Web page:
One year ago, Bashar al-Assad was a pariah in the international community. A political solution to the Syrian crisis that included his government seemed inconceivable, at least to the Western world. Nor could one imagine any international body or head of government sparing a positive word for him and his regime—except for the leaders of Russia and Iran.
Recently, however, Assad has been publicly praised by no less than John Kerry. The UN's Organisation for the Prohibition of Chemical Weapons (OPCW), has had some kind words for him as well. And now it seems that the U.S. has joined Russia in pressuring the rebels to participate in future talks, in which the balance of power will likely be skewed in favor of the regime (although The Hague has recently ruled out a participatory role for Assad himself.)
In short, Assad's international standing has improved. And the sad truth is he has reached this point not despite his having used chemical weapons against the Syrian people, but precisely because he did use them.
One could argue that if the U.S. and their allies were now softer on the Syrian regime, this was a result of their having realized that cracking that nut was proving more difficult than expected. Indeed it has been noted that the Syrian army's recent battlefield gains have played a significant role in boosting Assad's diplomatic position.
But as others have pointed out, it is primarily through its indiscriminate use of sarin gas that the Assad regime has regained part of the international status it lost in 2012. Now that Assad has agreed to cooperate with the OPCW in dismantling his own chemical arsenal, he once again “appears as a legitimate representative of Syria in an international setting,” as Oliver Thränert, a German political analyst, noted.
By using poison gas against his own people, Bashar al-Assad has achieved two goals. First, he has humiliated the United Sates and Europe. He proved that Obama's “red line” policy was meaningless and that Western nations were unable—or unwilling—to intervene in the conflict. This, incidentally, strengthened the regime's feeling of impunity. It also enhanced the perception among the rebels and their supporters—e.g., Turkey, Saudi Arabia and Qatar—that the West had no intention of siding with them.
The second goal Assad achieved was to become, once again, a primary interlocutor for the international community that has sought to isolate him. Since he agreed to dismantle his chemical arsenal under the supervision of the OPCW, his regime has become by default the UN's contact for the undertaking. Moreover, he can now present himself as a reliable partner, “willing to cooperate,” to paraphrase the words of OPCW head Ahmet Uzumcu.
Even in the UN General Assembly's human rights committee, the reputation of Assad's regime has improved slightly. Last Tuesday the UNGA's Third Committee, which focuses on human rights and represents 193 countries, voted to approve a resolution condemning the Syrian government's abuse of human rights. The largely symbolic document was approved by 123 member states, with 13 voting against and 46 abstaining. In 2012 a similar resolution, carrying few practical consequences, was approved by a wider margin, with 135 countries voting in favor, 12 against and 36 abstaining.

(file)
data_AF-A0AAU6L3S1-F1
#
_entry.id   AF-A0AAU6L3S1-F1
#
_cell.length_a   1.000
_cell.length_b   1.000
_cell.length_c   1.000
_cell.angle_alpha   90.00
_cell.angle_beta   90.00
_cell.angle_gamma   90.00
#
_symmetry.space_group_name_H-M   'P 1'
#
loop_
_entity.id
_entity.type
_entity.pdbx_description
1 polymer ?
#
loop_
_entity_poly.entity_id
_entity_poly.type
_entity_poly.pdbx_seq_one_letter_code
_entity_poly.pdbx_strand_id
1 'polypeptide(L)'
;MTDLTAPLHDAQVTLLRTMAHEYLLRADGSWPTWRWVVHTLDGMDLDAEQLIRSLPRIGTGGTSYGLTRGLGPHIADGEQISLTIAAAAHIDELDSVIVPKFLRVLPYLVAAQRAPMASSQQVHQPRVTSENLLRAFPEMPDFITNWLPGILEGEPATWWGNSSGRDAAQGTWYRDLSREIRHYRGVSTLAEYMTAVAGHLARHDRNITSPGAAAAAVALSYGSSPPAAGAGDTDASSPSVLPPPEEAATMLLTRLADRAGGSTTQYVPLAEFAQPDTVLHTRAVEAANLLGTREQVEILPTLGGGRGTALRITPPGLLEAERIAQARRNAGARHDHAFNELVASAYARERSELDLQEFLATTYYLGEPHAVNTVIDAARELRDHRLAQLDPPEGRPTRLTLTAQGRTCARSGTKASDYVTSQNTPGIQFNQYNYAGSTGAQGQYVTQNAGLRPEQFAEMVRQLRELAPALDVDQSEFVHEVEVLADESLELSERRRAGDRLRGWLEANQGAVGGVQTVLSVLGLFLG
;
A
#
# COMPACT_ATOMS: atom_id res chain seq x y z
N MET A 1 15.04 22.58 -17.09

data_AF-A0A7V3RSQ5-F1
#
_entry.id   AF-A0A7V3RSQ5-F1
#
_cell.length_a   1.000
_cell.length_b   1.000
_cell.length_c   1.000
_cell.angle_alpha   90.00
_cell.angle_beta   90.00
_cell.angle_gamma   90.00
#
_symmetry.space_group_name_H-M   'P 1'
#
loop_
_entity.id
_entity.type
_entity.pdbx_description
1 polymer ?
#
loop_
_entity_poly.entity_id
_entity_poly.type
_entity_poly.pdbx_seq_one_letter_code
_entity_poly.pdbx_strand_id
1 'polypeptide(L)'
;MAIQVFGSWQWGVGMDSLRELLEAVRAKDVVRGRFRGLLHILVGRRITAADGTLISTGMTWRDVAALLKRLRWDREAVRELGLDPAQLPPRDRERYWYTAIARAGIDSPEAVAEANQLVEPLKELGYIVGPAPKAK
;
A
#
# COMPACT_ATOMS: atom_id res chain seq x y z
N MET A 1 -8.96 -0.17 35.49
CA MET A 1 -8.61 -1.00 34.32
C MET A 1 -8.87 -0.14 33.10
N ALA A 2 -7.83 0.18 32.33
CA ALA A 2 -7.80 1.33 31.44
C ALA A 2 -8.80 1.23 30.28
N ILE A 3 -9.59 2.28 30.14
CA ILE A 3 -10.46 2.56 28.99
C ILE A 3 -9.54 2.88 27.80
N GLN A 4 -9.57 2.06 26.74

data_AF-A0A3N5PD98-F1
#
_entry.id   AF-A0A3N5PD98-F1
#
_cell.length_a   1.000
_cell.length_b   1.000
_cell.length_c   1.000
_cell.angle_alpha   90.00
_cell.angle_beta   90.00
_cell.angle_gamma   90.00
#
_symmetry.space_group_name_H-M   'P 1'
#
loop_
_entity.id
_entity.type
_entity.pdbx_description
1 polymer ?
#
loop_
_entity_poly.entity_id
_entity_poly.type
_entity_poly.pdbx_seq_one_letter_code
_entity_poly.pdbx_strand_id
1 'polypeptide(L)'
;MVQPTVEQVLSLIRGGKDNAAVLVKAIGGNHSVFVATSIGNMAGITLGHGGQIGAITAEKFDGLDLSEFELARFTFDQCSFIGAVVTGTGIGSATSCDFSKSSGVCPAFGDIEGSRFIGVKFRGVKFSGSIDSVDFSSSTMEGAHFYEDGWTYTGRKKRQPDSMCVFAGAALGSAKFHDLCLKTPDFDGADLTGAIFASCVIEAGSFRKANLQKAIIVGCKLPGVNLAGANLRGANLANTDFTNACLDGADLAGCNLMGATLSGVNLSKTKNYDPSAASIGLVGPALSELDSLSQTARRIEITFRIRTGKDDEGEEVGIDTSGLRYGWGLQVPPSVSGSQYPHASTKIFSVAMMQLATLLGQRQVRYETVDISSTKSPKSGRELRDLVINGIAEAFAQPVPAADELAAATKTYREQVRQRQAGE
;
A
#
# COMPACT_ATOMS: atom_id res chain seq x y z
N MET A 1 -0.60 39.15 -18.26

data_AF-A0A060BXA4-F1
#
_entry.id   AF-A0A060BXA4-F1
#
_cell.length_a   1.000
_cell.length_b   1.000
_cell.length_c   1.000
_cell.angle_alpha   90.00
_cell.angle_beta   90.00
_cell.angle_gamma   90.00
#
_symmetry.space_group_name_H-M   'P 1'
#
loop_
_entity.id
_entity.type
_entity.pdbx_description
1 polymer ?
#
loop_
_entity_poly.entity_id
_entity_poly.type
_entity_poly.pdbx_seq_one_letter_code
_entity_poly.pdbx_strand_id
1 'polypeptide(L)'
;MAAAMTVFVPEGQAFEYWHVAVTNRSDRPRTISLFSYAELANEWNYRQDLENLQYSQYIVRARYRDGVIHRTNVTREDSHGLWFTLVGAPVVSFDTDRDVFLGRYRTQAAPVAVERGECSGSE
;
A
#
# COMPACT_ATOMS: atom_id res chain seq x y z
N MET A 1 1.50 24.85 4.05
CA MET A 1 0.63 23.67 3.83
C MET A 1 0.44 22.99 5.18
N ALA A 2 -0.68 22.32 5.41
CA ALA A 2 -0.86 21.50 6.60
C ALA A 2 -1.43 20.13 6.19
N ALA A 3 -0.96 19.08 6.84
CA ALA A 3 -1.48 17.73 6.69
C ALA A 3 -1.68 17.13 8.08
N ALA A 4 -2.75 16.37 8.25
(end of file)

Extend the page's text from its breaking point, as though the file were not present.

UN inspectors have confirmed that the August 21 Ghouta offensive was a chemical attack. Hundreds of Syrians, perhaps over a thousand (the number of casualties is still disputed), were murdered with sarin gas.
At first, some doubted the regime had actually used poison gas. Why, asked the doubters, would the Syrian regime resort to sarin gas, when it has already been very successful in killing people with conventional weapons? The death toll in Syria reached 100,000 before the Ghouta attack. So what would be the point of using sarin, when Obama had made it clear that doing so would mean crossing his red line?
Now it is clear that the Ghouta attack proved to be a very effective strategy.
From Assad's perspective, bombing Ghouta with sarin gas has been one of his smartest moves. This, of course, is a morally outrageous thing to say. But it might well reflect the logic behind Assad's recent actions.
From the beginning, these were the main two weakness of the U.S. administration's policy. When Obama set a “red line” at the use of chemical weapons in August 2012, he hinted that the U.S. would be willing to intervene if chemical weapons were used. Second, by saying that chemical weapons were a red line, the administration also implicitly said that everything else was not a red line, as the Brookings Institute's Shadi Hamid has noted in an article for The Atlantic.
Assad read both messages as a grant of impunity.
Threatening consequences that one is unwilling or unable to carry out is the most counterproductive tool of enforcement, as any parent knows. If you tell your children they will be punished for stealing candies and then don't make good on the threat, they'll just go ahead and steal more candies.
That's what happened with Assad. First he realized that Obama was bluffing and then he made sure everyone else realized the same thing—i.e., there was no real “red line” regarding the use of chemical weapons. Then he carried on with the charade by publicly renouncing his chemical program. And suddenly he had a very convenient bargaining tool, something he could give up without actually loosing much—since, as noted above, the regime carried out its most brutal massacres with conventional weapons. Finally, Assad was back in the diplomatic arena, strengthened by his beau geste.
Bashar al-Assad is probably the first head of state to have improved his international status by gassing his own people. This is something the international community will have to come to term with. Whether intentionally or not, the Obama administration has set a very dangerous precedent.